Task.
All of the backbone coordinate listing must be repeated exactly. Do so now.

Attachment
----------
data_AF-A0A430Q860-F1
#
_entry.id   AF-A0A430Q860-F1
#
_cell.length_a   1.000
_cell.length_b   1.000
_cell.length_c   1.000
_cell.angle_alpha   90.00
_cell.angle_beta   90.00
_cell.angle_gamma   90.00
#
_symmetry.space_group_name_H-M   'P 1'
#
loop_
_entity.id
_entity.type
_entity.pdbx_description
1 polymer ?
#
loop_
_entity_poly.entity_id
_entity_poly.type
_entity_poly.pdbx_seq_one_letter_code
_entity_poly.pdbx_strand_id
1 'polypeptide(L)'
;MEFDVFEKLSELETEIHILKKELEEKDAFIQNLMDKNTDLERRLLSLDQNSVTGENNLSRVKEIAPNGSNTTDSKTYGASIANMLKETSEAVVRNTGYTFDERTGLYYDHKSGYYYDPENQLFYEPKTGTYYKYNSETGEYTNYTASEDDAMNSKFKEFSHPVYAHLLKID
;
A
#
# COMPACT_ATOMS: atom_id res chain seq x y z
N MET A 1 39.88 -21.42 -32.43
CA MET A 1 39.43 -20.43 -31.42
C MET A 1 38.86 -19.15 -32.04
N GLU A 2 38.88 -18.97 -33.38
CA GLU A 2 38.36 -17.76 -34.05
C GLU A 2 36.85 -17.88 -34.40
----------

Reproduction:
data_AF-A0A430Q860-F1
#
_entry.id   AF-A0A430Q860-F1
#
_cell.length_a   1.000
_cell.length_b   1.000
_cell.length_c   1.000
_cell.angle_alpha   90.00
_cell.angle_beta   90.00
_cell.angle_gamma   90.00
#
_symmetry.space_group_name_H-M   'P 1'
#
loop_
_entity.id
_entity.type
_entity.pdbx_description
1 polymer ?
#
loop_
_entity_poly.entity_id
_entity_poly.type
_entity_poly.pdbx_seq_one_letter_code
_entity_poly.pdbx_strand_id
1 'polypeptide(L)'
;MEFDVFEKLSELETEIHILKKELEEKDAFIQNLMDKNTDLERRLLSLDQNSVTGENNLSRVKEIAPNGSNTTDSKTYGASIANMLKETSEAVVRNTGYTFDERTGLYYDHKSGYYYDPENQLFYEPKTGTYYKYNSETGEYTNYTASEDDAMNSKFKEFSHPVYAHLLKID
;
A
#
# COMPACT_ATOMS: atom_id res chain seq x y z
N MET A 1 39.88 -21.42 -32.43
CA MET A 1 39.43 -20.43 -31.42
C MET A 1 38.86 -19.15 -32.04
N GLU A 2 38.88 -18.97 -33.38
CA GLU A 2 38.36 -17.76 -34.05
C GLU A 2 36.85 -17.88 -34.40